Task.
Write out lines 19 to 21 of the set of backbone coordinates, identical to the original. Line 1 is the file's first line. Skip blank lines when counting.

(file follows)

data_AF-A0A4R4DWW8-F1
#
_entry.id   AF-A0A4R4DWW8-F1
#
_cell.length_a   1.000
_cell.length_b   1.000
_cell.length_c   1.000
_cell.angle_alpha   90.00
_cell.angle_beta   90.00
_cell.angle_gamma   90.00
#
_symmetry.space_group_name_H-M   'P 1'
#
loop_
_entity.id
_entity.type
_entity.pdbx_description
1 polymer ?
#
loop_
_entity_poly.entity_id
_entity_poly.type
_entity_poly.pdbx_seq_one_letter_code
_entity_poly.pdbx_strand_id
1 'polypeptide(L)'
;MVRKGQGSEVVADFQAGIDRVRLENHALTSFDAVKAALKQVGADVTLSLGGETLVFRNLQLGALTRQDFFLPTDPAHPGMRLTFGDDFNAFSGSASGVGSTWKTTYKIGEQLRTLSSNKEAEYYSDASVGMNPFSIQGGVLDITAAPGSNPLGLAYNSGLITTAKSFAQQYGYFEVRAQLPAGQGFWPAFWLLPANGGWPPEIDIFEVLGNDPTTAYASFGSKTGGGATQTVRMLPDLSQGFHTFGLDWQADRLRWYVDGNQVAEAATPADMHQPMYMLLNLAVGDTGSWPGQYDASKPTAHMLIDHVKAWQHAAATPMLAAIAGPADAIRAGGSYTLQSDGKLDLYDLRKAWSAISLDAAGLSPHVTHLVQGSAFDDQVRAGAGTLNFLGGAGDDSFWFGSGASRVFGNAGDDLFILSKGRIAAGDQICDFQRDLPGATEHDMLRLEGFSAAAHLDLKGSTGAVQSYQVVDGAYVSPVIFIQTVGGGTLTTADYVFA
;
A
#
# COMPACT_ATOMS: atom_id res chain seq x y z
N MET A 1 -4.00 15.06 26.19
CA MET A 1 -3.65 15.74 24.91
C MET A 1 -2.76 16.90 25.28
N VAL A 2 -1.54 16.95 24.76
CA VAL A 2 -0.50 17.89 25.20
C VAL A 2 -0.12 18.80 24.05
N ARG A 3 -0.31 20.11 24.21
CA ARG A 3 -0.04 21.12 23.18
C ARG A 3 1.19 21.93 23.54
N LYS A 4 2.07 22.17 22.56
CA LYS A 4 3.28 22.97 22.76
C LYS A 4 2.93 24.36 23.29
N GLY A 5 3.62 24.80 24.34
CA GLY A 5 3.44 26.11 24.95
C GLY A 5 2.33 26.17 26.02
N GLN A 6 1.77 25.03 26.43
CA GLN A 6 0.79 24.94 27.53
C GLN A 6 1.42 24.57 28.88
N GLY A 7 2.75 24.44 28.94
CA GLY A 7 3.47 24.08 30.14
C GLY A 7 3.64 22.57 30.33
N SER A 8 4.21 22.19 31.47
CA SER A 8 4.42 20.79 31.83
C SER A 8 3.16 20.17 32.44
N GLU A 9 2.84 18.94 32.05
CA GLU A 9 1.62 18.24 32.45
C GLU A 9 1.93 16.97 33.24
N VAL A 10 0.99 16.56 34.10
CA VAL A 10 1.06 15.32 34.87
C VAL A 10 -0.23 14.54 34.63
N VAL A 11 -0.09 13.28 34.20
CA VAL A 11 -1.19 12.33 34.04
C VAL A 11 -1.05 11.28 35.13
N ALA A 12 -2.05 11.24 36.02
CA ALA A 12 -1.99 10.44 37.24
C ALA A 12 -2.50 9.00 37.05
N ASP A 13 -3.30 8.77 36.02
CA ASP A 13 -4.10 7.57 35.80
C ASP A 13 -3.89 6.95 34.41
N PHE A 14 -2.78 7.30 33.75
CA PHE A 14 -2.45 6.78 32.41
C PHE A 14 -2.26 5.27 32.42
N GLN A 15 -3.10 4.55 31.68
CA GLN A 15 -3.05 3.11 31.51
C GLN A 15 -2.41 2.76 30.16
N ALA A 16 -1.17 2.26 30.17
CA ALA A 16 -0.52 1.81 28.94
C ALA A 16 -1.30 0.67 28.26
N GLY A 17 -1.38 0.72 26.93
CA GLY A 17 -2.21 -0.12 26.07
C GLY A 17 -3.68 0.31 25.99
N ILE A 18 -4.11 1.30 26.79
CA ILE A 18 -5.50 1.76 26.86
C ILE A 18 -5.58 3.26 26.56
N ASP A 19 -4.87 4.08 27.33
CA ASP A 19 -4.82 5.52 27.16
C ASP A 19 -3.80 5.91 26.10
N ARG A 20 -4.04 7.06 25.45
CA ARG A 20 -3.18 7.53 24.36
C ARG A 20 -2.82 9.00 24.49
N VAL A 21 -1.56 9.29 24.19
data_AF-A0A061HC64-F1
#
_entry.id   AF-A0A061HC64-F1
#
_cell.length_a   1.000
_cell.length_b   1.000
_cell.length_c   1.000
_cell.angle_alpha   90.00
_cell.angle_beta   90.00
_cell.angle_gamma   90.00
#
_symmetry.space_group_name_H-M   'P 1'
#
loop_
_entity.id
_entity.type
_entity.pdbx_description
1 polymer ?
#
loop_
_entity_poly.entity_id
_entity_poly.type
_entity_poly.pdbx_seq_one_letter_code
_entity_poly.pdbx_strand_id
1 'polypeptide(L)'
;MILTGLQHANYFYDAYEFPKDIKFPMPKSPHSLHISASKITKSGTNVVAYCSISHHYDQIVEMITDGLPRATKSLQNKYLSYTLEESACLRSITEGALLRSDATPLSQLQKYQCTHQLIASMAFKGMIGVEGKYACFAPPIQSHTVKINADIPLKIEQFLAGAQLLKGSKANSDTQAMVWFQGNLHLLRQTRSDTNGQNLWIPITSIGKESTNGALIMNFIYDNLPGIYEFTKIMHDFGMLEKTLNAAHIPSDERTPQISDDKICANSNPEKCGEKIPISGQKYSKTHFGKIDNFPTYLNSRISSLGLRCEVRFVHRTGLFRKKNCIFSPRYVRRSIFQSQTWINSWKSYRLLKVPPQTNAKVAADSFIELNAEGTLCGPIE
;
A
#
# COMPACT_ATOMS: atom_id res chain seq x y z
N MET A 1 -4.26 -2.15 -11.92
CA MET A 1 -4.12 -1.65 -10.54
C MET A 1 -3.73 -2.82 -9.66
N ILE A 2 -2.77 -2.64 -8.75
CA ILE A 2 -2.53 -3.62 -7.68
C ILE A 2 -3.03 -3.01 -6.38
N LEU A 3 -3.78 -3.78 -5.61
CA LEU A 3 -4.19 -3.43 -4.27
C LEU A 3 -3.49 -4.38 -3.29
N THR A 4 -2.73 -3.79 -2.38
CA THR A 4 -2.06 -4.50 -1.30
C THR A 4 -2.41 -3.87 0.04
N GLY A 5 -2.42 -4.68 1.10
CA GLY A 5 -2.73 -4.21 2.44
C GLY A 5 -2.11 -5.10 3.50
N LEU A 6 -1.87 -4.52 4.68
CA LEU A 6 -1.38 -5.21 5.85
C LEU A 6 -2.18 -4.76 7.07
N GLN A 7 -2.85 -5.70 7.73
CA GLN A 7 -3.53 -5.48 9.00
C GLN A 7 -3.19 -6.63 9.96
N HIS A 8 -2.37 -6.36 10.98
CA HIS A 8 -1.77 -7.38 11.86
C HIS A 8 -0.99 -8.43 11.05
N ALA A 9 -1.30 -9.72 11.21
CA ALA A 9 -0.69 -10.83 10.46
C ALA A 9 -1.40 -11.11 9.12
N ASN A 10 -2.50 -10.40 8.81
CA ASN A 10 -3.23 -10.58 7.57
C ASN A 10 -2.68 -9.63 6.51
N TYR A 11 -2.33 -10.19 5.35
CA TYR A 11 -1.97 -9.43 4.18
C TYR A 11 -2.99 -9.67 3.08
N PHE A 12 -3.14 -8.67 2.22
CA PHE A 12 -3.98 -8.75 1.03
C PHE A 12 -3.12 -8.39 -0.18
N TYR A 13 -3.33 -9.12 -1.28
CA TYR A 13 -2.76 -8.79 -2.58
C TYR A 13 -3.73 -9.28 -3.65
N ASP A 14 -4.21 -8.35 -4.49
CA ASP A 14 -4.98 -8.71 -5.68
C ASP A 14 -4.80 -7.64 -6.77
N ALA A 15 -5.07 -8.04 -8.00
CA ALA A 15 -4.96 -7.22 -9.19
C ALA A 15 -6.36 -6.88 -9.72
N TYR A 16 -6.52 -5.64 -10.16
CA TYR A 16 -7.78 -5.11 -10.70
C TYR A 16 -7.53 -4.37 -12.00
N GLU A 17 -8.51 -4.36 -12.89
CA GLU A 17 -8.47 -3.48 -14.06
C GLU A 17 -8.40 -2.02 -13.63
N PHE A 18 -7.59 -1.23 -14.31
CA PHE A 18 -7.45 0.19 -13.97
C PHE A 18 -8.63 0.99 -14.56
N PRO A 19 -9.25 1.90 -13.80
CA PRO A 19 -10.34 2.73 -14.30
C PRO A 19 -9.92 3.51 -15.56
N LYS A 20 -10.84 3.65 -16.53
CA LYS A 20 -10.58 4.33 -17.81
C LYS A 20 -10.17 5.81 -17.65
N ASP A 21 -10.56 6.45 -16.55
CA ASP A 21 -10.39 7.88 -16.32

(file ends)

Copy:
#
loop_
_entity_poly.entity_id